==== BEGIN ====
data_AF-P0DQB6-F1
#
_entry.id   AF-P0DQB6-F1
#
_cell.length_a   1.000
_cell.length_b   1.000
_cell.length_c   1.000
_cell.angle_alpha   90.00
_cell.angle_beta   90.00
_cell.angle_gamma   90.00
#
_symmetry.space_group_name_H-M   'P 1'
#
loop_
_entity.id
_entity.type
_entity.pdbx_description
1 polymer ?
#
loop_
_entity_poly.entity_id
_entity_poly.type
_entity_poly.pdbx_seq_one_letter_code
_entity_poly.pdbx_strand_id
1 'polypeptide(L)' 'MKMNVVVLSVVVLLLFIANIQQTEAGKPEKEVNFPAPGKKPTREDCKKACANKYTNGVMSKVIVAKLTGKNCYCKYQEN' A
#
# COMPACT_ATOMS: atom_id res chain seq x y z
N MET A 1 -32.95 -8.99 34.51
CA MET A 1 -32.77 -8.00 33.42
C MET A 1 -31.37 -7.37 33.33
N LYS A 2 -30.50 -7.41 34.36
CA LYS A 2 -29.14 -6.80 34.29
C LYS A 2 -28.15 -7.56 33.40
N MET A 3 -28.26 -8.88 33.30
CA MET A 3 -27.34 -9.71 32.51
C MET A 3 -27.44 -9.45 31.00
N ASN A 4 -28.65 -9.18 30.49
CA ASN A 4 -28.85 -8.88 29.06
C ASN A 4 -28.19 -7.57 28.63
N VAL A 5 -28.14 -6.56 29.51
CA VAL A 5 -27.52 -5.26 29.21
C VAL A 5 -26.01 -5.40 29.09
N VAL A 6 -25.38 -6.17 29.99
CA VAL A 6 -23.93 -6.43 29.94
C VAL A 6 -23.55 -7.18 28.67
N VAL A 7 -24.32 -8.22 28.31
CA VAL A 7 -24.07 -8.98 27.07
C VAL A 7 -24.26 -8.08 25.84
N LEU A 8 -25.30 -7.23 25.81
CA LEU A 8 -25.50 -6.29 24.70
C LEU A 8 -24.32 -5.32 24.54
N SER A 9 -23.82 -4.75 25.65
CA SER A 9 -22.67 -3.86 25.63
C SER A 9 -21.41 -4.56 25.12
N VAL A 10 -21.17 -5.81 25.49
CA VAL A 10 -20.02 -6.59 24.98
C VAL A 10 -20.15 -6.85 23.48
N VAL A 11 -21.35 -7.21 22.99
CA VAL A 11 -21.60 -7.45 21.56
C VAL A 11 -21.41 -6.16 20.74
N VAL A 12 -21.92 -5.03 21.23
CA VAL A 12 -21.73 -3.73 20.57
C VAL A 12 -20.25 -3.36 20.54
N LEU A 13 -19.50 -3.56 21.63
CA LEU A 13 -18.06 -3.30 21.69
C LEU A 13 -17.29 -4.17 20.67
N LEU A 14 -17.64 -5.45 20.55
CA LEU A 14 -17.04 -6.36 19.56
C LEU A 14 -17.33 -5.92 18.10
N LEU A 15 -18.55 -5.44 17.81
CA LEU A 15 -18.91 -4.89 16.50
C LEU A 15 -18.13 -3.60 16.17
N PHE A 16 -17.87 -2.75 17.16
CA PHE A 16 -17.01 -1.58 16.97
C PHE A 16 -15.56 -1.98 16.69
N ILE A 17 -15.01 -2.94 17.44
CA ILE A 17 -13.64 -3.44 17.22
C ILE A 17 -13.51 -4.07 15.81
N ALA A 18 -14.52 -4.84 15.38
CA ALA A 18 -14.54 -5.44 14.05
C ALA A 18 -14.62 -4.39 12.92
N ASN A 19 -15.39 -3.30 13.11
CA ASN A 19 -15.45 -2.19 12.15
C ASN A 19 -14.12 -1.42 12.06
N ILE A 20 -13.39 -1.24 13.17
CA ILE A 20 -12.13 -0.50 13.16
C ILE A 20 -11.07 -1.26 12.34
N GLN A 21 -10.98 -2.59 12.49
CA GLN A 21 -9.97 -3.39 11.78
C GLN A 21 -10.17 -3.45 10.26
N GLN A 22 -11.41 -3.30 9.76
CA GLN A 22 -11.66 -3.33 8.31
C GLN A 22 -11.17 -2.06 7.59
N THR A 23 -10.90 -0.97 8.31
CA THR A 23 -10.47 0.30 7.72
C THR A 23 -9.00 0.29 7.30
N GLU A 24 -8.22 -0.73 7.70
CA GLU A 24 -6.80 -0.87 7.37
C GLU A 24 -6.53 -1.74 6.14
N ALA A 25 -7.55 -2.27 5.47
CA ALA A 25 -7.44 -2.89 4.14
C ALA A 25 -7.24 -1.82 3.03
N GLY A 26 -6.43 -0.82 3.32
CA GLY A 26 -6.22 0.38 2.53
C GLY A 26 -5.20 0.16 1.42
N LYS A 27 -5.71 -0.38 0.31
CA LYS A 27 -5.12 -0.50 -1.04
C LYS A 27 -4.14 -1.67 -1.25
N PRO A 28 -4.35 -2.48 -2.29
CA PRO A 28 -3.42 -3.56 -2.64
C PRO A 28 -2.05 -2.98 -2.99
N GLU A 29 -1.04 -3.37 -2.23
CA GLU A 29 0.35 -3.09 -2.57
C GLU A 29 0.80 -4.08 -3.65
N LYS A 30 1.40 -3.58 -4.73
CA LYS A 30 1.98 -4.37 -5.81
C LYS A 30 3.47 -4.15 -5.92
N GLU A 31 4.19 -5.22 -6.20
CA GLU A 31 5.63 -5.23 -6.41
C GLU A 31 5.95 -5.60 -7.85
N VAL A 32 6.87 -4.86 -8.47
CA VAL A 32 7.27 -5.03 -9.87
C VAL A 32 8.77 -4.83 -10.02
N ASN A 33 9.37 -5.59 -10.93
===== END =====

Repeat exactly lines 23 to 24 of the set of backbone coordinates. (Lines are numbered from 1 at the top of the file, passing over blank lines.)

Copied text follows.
_entity_poly.pdbx_seq_one_letter_code
_entity_poly.pdbx_strand_id